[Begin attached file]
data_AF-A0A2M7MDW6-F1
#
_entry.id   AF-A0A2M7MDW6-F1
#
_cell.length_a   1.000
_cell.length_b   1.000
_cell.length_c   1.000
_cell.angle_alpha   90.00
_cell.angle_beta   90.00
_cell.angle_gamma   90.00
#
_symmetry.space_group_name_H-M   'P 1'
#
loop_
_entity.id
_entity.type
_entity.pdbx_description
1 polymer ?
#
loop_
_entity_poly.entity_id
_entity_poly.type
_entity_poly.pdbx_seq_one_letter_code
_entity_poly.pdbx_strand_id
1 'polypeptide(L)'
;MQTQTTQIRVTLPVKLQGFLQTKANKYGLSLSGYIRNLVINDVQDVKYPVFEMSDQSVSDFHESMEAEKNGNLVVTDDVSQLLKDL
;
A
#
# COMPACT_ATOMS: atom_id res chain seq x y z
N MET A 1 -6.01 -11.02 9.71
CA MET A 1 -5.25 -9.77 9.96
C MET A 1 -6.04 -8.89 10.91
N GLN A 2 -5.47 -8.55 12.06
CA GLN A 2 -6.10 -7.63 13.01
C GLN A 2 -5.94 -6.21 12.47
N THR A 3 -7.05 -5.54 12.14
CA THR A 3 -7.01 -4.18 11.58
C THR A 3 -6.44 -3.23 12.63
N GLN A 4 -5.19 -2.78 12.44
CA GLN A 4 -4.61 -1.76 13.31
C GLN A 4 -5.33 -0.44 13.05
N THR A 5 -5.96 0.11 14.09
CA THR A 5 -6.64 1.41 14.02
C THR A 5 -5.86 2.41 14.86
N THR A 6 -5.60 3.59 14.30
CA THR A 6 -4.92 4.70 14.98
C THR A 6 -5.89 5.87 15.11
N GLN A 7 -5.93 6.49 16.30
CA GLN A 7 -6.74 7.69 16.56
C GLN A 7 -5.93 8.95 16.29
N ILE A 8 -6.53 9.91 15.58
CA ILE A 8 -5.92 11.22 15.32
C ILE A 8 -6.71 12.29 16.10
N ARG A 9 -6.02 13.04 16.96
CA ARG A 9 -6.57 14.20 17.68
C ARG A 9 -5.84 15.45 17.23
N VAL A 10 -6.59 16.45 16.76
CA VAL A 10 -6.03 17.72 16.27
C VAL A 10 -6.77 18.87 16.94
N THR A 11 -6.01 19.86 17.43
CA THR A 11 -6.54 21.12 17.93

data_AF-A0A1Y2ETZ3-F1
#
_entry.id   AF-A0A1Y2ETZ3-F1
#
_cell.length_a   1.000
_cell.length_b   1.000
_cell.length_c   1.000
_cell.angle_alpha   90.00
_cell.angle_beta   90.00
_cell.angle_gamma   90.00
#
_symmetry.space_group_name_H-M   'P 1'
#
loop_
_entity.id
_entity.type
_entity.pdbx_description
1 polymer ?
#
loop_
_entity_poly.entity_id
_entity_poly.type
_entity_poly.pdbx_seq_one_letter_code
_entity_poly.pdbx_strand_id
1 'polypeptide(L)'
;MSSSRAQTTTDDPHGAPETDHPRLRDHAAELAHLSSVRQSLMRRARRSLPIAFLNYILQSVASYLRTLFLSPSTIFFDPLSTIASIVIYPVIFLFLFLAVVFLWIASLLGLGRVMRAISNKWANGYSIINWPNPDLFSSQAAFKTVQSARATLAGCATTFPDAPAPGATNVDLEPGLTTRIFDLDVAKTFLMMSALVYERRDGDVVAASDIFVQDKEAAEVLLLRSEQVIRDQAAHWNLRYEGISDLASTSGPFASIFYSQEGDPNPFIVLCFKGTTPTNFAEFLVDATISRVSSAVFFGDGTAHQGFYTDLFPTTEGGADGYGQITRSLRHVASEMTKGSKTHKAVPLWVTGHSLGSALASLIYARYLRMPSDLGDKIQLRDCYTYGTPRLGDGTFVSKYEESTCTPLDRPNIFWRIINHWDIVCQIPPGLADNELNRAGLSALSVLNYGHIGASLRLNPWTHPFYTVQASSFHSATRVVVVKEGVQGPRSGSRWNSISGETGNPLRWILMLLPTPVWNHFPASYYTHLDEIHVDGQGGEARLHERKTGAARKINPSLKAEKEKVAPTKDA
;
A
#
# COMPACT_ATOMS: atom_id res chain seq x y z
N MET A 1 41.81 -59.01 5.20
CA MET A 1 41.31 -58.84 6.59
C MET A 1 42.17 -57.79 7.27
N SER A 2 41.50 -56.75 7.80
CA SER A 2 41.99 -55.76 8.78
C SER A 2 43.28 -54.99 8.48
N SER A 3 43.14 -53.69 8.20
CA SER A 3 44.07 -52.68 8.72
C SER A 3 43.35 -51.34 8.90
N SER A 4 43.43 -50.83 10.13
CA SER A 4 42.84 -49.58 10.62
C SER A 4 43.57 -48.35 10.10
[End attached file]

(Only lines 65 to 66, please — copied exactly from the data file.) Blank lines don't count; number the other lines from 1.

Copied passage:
_entry.id   AF-A0A1Y2ETZ3-F1
#